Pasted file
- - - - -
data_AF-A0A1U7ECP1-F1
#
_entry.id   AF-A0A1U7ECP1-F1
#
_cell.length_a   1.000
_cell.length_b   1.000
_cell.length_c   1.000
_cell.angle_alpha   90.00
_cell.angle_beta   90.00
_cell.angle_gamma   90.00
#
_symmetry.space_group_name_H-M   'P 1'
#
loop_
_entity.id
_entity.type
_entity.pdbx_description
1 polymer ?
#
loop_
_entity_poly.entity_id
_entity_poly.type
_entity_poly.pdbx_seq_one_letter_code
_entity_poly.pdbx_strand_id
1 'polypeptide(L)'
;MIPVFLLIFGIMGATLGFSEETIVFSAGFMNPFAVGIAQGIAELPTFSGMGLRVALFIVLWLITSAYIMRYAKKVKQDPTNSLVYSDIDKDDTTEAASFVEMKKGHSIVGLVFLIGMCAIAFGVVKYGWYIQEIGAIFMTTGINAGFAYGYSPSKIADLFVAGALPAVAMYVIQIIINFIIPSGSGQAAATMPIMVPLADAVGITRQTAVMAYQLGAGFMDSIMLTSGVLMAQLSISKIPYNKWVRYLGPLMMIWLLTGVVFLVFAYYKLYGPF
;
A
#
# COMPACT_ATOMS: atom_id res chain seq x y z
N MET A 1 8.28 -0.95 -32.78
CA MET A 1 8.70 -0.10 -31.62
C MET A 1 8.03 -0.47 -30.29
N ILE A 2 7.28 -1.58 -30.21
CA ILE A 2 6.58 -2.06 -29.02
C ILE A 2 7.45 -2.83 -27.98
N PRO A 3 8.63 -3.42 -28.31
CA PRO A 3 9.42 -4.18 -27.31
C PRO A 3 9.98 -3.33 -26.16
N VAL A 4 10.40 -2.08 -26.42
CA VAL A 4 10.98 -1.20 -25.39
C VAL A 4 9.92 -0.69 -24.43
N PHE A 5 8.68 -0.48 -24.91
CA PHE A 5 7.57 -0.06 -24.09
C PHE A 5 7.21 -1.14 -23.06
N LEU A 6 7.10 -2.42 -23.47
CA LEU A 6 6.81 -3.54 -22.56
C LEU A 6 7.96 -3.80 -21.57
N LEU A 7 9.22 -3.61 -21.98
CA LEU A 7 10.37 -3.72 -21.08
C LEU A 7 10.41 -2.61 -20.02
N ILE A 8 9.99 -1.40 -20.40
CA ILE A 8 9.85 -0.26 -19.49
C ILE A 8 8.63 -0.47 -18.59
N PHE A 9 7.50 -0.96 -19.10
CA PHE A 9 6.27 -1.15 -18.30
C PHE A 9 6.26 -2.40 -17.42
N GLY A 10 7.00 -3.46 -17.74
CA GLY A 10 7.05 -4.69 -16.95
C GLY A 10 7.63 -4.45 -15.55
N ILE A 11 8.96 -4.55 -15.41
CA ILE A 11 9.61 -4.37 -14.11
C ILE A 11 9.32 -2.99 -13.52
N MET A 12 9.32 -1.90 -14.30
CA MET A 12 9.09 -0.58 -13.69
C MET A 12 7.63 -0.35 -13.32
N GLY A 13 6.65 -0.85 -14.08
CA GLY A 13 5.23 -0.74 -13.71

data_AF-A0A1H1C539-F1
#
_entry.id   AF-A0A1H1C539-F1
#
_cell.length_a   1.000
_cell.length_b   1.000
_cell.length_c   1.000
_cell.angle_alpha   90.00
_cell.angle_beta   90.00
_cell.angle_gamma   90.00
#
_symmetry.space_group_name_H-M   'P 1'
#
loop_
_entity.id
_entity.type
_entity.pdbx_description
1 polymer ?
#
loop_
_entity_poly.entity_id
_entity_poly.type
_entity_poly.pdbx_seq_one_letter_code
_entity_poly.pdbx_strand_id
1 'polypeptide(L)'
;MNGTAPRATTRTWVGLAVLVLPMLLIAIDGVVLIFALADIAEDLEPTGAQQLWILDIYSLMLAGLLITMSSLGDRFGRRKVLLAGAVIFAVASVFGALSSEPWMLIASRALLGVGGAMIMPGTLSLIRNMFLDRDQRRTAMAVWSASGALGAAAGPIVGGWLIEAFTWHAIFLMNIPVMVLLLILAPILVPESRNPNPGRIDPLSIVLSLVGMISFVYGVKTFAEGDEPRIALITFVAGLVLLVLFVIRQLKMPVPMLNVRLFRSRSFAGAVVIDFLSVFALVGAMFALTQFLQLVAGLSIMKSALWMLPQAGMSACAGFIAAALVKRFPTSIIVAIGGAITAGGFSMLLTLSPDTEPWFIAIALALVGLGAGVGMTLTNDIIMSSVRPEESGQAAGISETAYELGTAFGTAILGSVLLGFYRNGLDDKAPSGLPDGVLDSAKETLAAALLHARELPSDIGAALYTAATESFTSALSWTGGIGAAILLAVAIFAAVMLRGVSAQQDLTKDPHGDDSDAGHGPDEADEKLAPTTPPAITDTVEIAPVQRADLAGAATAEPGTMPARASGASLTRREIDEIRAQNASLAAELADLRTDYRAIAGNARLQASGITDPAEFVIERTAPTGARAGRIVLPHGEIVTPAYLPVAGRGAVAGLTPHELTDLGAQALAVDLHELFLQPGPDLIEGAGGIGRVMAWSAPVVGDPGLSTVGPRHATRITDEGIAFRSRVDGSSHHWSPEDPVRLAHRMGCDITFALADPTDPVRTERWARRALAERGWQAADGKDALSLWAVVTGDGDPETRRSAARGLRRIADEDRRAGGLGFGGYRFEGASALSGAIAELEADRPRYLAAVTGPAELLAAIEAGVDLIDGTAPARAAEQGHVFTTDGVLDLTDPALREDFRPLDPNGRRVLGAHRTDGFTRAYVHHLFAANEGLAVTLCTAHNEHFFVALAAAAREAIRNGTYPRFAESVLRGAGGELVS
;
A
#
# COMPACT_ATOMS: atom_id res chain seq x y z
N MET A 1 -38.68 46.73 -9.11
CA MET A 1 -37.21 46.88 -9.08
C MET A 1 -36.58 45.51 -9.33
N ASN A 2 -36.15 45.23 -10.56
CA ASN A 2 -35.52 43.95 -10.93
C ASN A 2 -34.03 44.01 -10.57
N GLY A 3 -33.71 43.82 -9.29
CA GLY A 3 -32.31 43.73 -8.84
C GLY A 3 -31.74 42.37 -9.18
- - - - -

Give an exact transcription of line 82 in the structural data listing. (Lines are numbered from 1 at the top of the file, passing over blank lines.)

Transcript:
loop_